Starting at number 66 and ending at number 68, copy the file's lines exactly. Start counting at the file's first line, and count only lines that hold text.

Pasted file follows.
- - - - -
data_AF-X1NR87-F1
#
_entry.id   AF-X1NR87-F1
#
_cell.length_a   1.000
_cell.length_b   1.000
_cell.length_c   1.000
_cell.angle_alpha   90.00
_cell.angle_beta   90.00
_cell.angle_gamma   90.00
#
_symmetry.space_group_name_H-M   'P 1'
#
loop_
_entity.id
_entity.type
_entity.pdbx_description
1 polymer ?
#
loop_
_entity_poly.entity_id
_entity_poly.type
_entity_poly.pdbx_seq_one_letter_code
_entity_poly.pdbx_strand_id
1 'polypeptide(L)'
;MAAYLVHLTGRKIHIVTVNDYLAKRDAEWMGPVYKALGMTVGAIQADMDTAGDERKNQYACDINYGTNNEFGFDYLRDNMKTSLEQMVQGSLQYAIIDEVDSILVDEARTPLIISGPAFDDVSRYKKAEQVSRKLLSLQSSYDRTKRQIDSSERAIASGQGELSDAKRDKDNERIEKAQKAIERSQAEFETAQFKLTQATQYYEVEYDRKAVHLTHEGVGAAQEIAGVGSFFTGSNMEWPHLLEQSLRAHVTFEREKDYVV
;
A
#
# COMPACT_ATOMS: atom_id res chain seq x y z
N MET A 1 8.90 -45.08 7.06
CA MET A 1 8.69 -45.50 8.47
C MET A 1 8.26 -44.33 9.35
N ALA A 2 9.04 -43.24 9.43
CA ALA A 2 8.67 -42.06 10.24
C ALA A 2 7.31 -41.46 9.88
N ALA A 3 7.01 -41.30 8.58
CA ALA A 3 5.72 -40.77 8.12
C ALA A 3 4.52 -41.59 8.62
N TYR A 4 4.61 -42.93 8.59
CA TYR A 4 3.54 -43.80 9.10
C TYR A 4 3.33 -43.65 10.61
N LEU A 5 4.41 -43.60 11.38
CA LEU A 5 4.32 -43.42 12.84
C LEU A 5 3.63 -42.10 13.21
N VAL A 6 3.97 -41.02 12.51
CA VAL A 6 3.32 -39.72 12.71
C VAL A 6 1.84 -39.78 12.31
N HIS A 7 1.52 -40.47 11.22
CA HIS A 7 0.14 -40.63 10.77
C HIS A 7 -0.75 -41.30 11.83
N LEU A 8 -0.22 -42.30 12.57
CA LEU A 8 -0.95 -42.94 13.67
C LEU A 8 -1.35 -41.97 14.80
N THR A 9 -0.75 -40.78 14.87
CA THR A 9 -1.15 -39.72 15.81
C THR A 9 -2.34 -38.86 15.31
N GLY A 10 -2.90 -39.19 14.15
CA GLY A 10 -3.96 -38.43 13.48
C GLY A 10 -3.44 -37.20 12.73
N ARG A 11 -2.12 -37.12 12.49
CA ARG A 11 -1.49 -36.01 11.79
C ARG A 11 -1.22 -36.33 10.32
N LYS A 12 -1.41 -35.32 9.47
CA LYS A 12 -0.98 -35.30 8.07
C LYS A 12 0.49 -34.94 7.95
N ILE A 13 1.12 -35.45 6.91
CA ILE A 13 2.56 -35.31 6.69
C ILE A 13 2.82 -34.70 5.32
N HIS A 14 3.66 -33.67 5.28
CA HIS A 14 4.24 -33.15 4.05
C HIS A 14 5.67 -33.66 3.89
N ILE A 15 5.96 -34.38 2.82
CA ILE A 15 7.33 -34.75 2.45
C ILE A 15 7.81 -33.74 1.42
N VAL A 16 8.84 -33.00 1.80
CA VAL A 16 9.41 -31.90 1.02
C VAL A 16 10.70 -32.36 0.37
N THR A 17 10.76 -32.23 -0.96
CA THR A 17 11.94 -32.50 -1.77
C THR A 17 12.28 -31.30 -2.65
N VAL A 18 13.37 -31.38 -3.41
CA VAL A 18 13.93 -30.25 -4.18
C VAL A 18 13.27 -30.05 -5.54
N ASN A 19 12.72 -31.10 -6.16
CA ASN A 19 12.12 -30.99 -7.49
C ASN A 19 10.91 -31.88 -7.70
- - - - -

C LYS A 12 0.49 -34.94 7.95
N ILE A 13 1.12 -35.45 6.91
CA ILE A 13 2.56 -35.31 6.69